No Relief in Sight for Slim 3 Years After Watchdog Crackdownby and
IFT set to review America Movil’s asymmetric laws in November
While Mexico’s mobile prices fall, market share barely shifts
Three years after Mexican regulators tightened their grip on Carlos Slim, the government is showing no signs of relenting on his dominant wireless carrier America Movil SAB, with a top official showing support in an interview for a continued crackdown.
Historically overcharged, Mexicans saw a 17 percent decrease in mobile-phone service costs last year, and prices now are among the cheapest in the region, according to industry group GSMA. As result of the telecom overhaul signed into law three years ago, an independent oversight agency -- the Federal Telecommunications Institute, or IFT -- was formed, American phone giant AT&T Inc. entered the market and the process for consumers to switch between phone providers became easier and faster.
Still, Mexico’s mobile market share has barely shifted, with America Movil serving about 68 percent of the country, down just a few ticks from 70 percent six years ago. Telefonica SA and AT&T complain of an uneven market and have called for asymmetric rules designed to affect America Movil and benefit its rivals, while America Movil argues that competition is thriving and regulations should be lifted. The government is due in four months to review whether the laws backed by President Enrique Pena Nieto have met their goals to increase competition.
“I have no doubt that we should continue asymmetric laws, whatever we see as most efficient as a result of this review to get to where we want to be,” Monica Aspe, Mexico’s deputy telecommunications secretary, said in an interview. The IFT, a separate body, will make the final decision on any revisions.
As part of the original measures, America Movil had to reduce market share to below 50 percent or face penalties. Since it hasn’t met that provision, the company has been forced to eliminate the fees it charges competitors for incoming calls to its network. Telefonica and AT&T can still bill America Movil when its users call their customers.
America Movil’s Telmex fixed-line service will now be under pricing limits until 2018, according to a statement from the IFT Tuesday. Telmex said last week that it would gradually reduce some rates by 50 percent over the next several years.
One of Aspe’s largest projects is Mexico’s planned wholesale network, meant to reduce costs for operators and increase coverage across the country, including rural areas where operators have little economic incentive to expand. The network, scheduled to be operational in 2018, will also help lower the end prices to users without eating into the operators’ margins, she said.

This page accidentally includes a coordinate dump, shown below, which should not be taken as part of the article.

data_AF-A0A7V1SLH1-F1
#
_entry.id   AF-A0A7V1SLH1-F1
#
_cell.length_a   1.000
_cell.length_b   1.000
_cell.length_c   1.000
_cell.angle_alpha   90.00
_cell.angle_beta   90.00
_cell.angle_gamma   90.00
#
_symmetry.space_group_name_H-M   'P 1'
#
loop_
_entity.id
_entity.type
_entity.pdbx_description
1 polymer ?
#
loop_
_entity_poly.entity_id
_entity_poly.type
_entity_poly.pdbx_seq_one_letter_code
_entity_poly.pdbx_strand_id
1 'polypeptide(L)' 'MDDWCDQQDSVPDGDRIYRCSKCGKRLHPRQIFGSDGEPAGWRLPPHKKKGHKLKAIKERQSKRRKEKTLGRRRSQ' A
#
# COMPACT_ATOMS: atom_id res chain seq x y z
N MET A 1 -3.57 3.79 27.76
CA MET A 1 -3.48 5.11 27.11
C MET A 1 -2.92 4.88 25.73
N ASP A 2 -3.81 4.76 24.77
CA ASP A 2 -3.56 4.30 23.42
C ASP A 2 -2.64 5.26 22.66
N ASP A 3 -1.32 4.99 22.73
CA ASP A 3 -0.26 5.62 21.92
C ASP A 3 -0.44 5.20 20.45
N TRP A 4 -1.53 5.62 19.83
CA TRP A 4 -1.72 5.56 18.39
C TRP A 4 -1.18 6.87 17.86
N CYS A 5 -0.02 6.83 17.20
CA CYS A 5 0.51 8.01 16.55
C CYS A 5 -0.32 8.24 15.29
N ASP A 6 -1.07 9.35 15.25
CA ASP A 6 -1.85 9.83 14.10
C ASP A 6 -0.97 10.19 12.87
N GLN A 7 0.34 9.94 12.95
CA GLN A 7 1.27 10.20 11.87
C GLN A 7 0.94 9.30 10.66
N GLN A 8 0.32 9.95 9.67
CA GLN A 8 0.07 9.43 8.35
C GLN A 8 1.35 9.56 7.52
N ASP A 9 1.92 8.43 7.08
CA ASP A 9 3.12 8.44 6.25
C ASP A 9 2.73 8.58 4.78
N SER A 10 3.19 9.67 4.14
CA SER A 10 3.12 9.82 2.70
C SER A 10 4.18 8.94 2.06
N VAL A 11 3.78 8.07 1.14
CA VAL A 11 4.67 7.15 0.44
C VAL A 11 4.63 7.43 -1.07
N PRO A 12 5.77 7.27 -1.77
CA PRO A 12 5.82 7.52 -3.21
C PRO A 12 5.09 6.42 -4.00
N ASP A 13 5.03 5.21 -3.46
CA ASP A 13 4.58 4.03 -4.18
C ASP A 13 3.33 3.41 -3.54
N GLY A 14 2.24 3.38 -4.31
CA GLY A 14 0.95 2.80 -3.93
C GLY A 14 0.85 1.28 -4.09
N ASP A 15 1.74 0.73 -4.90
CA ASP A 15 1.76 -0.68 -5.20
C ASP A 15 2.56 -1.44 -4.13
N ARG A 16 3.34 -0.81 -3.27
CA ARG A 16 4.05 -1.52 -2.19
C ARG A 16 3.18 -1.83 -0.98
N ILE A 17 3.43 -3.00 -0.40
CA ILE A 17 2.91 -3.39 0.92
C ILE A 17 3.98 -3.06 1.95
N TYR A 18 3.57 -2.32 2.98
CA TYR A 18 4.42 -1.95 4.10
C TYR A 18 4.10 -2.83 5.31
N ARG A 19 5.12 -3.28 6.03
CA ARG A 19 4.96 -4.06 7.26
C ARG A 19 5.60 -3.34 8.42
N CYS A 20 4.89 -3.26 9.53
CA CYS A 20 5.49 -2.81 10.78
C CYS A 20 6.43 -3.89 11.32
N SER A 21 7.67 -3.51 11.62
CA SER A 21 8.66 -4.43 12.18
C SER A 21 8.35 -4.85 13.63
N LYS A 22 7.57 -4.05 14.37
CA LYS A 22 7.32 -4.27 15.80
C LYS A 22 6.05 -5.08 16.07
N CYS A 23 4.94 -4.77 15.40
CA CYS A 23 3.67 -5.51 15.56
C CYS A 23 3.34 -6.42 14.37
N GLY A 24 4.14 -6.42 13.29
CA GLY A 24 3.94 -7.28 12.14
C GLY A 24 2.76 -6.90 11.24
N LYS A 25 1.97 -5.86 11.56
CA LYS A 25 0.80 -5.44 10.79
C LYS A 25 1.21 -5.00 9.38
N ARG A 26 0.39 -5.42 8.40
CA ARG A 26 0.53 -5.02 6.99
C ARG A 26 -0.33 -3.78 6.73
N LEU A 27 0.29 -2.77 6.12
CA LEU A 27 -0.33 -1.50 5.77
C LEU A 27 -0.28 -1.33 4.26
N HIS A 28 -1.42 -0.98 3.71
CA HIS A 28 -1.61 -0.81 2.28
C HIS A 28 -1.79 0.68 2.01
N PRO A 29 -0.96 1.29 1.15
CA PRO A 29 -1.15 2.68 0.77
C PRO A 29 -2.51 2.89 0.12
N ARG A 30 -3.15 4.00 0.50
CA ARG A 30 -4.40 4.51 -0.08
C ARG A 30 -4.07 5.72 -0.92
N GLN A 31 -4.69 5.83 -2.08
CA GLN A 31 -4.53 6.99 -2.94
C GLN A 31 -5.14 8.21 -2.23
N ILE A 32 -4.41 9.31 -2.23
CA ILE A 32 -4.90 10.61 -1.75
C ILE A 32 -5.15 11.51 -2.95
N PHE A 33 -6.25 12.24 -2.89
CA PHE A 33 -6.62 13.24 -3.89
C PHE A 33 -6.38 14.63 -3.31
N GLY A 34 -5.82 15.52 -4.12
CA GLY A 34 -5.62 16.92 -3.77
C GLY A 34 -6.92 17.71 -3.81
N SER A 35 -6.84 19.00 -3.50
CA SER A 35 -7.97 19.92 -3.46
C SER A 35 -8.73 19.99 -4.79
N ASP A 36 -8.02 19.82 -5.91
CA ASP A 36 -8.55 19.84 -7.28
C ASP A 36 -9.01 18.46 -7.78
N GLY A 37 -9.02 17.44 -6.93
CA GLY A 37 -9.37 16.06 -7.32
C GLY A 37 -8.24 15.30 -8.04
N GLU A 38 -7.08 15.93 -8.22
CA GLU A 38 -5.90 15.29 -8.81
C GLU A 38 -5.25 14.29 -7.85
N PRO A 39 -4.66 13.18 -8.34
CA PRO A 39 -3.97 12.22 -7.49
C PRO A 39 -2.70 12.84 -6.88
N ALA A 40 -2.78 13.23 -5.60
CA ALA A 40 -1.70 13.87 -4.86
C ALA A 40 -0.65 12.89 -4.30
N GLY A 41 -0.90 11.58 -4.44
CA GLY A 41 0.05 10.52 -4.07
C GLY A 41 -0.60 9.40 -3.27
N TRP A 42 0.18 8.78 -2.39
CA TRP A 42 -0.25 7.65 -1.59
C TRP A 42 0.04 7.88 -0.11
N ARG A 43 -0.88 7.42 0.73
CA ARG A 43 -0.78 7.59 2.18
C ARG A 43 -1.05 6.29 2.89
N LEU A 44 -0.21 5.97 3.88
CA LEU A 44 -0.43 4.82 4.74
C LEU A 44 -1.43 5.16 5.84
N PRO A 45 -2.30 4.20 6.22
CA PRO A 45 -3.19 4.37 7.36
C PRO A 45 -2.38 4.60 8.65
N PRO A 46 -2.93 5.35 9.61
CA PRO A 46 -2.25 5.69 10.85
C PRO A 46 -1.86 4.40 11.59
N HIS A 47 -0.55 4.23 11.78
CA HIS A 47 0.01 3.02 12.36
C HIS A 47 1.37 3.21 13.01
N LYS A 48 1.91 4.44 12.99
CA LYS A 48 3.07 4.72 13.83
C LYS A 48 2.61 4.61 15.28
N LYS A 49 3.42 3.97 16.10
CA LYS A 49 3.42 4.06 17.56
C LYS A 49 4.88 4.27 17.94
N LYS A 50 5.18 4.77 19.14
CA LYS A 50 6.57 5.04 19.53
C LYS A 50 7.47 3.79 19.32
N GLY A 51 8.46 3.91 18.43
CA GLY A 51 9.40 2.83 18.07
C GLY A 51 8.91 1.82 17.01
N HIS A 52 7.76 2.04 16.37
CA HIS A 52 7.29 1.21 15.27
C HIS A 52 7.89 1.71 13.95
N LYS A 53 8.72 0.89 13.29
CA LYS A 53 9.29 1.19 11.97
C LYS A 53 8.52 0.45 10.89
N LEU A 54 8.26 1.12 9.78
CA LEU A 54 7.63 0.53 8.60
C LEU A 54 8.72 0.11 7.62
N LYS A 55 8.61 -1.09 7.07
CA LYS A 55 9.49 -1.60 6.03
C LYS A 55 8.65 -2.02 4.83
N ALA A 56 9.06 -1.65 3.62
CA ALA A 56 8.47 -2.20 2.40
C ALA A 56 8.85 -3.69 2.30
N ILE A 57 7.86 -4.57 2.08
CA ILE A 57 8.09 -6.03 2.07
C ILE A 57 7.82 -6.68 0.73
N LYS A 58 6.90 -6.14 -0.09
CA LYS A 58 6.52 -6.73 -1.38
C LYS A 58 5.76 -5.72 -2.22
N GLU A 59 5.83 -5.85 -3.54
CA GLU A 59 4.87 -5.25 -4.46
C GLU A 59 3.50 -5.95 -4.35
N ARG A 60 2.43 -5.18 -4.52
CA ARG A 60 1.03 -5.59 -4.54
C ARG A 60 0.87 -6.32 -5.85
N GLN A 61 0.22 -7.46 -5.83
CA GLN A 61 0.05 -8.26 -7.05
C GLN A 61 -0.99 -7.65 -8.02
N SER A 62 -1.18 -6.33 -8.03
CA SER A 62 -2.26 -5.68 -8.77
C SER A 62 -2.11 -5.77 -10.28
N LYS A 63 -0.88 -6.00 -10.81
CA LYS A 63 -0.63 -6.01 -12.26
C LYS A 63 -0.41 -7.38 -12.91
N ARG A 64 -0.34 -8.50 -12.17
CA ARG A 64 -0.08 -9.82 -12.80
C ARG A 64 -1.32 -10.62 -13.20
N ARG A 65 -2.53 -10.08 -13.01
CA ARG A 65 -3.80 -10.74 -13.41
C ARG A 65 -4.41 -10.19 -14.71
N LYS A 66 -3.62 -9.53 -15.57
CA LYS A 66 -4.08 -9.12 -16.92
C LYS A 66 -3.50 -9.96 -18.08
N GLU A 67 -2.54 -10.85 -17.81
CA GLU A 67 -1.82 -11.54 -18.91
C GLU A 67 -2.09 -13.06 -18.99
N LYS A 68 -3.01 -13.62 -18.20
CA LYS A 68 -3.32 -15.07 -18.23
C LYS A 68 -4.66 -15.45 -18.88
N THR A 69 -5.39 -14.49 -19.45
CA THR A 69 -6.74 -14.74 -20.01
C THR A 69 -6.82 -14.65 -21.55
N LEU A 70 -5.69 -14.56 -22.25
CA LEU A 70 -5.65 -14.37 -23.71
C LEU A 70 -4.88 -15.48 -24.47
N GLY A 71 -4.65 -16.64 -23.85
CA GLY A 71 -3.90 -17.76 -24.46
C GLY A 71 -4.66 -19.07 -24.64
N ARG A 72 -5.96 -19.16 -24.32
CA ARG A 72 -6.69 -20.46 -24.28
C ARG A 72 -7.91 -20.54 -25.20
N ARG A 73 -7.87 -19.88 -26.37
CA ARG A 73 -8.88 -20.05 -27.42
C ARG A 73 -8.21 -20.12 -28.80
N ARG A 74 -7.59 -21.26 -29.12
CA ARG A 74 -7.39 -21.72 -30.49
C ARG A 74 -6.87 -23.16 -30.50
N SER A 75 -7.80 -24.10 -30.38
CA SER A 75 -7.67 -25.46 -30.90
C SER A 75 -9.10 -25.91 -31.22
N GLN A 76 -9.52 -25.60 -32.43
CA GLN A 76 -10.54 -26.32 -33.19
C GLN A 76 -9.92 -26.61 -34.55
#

“These structural changes don’t happen from one day to the next,” Federal Telecommunications Institute President Gabriel Contreras said in an interview. “Does this mean that they can compete without regulation today? Of course not. We have to make sure that the benefits we’re seeing today remain in the medium and long term.”
After years of slow growth, an expanding economy pared with near-record-low inflation and falling mobile prices are helping drive up the number of mobile users in Mexico, GSMA’s Latin American director Sebastian Cabello said. There are about 89 million mobile-phone subscribers in Mexico, or 69 percent of the population, according to GSMA.
The IFT plans to review and analyze the effect of dominance rules on America Movil in November, with the option to change or add new measures. Any regulatory relief for America Movil in the short-term is a long shot, Itau analyst Gregorio Tomassi said in a recent note.
Alejandro Cantu, America Movil’s general counsel, said that if the company is still the biggest operator, it is because of consumer preference -- not a lack of competition. About 769,000 clients have switched to America Movil’s Telcel since the regulator eased rules in 2008, more than twice the number that switched to Telefonica.
“There should be judicial certainty and predictable and stable regulation for all operators,” Cantu said in an e-mailed statement Monday. “This includes us."
Cantu also called for an end to a subsidy system in Mexico where competitors interconnect with America Movil’s network for free. “That no operator can fix prices is proof of existing effective competition,” he said. “There are no entry barriers -- except for pay-TV -- and our competitors have increased their market share.”
Slim’s operator has faced increasing price pressure in its home country after AT&T bought two rival businesses there, NII Holdings Inc.’s Nextel Mexico unit and Grupo Iusacell SA, and lured customers with offers like no cross-border charges between the U.S. and Mexico.
The IFT has applied measures to boost competition in the pay-TV industry, where Grupo Televisa SAB has a 60 percent market share. Dish Mexico and Megacable Holdings SAB split the rest.
“We are still in stagnant competition despite Titanic efforts,” Oscar Guevara, the head of economic competitiveness at Grupo Salinas, whose pay-TV provider Totalplay also competes against Slim for fixed-line phone users, said on the same June panel. “It’s is not healthy for segments of the market to be so heavily concentrated.”